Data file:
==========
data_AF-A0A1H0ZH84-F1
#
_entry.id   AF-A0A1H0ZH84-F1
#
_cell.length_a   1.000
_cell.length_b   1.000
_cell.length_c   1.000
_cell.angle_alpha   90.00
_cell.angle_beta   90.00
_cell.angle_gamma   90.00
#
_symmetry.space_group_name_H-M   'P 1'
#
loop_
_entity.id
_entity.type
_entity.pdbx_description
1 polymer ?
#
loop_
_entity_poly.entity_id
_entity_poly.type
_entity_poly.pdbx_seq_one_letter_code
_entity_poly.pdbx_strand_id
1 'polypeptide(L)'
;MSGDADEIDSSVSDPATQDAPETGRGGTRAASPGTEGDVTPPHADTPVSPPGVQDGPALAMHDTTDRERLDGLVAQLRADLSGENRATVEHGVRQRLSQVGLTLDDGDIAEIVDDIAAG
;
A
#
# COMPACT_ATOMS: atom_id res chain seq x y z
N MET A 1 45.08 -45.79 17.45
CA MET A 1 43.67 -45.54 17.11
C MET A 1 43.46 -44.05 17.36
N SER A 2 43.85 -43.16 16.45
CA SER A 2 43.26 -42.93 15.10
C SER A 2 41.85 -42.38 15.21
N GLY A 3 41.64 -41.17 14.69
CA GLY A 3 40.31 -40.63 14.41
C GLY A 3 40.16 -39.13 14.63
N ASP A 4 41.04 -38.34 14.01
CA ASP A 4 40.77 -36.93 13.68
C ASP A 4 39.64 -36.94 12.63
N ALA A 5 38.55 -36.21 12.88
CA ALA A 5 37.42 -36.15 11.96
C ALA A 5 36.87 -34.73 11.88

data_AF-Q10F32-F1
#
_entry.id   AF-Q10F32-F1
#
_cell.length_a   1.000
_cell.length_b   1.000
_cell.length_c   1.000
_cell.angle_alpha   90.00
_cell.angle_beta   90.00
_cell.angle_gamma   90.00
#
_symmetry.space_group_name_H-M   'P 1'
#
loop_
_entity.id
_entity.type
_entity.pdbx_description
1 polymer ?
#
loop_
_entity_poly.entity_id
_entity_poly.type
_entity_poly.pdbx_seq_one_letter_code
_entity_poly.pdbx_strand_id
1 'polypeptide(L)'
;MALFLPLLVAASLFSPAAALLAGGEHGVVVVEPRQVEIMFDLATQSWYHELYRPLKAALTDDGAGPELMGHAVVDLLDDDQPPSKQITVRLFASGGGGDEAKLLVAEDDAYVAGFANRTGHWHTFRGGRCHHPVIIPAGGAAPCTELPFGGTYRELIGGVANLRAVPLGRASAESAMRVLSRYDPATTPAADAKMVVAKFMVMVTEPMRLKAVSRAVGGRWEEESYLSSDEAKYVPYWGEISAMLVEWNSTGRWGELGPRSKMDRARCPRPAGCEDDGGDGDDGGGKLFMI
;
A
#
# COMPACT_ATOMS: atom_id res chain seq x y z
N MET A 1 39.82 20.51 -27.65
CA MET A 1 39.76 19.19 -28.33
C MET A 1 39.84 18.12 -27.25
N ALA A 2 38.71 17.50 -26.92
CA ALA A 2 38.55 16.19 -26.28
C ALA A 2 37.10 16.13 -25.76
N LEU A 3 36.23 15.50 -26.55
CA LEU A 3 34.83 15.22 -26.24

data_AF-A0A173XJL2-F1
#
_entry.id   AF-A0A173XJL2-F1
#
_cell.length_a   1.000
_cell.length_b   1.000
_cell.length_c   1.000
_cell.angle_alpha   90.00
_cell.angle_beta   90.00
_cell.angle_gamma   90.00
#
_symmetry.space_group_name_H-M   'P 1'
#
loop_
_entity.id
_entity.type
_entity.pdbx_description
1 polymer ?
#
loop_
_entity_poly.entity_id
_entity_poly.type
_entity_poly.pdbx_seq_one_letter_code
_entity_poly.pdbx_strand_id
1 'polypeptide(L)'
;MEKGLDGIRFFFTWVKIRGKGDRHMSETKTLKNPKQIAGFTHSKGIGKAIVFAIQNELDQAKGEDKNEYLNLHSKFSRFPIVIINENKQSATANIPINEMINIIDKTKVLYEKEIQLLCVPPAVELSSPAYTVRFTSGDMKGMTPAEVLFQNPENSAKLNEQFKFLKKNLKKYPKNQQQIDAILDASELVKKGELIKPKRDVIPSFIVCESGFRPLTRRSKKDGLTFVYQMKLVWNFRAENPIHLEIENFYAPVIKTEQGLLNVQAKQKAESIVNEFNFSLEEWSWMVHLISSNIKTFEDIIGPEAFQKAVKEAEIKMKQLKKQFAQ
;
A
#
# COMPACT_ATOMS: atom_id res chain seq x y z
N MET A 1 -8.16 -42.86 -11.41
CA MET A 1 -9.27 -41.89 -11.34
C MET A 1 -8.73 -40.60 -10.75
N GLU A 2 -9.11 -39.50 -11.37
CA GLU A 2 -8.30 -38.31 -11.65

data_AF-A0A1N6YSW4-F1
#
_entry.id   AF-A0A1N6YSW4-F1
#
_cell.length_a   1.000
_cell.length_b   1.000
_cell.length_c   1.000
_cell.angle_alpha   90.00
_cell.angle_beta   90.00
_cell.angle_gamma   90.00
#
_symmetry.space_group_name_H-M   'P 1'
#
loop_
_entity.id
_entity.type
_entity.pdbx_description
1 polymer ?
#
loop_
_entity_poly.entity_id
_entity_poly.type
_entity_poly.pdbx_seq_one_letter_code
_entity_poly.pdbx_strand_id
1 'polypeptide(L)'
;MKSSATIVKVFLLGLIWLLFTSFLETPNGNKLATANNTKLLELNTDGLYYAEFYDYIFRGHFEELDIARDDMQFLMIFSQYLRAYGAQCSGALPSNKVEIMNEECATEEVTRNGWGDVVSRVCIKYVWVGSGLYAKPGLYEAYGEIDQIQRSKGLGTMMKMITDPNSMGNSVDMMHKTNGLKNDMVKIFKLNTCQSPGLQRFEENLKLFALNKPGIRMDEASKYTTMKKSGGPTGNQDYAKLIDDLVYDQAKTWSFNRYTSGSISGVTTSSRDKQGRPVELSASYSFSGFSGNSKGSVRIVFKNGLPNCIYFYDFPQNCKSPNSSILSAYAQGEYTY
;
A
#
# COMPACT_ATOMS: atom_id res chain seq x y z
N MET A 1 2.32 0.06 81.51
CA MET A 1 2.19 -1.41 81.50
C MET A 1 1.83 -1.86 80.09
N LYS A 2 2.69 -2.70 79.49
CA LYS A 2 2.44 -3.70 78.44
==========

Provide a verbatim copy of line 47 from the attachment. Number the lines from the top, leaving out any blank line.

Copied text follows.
#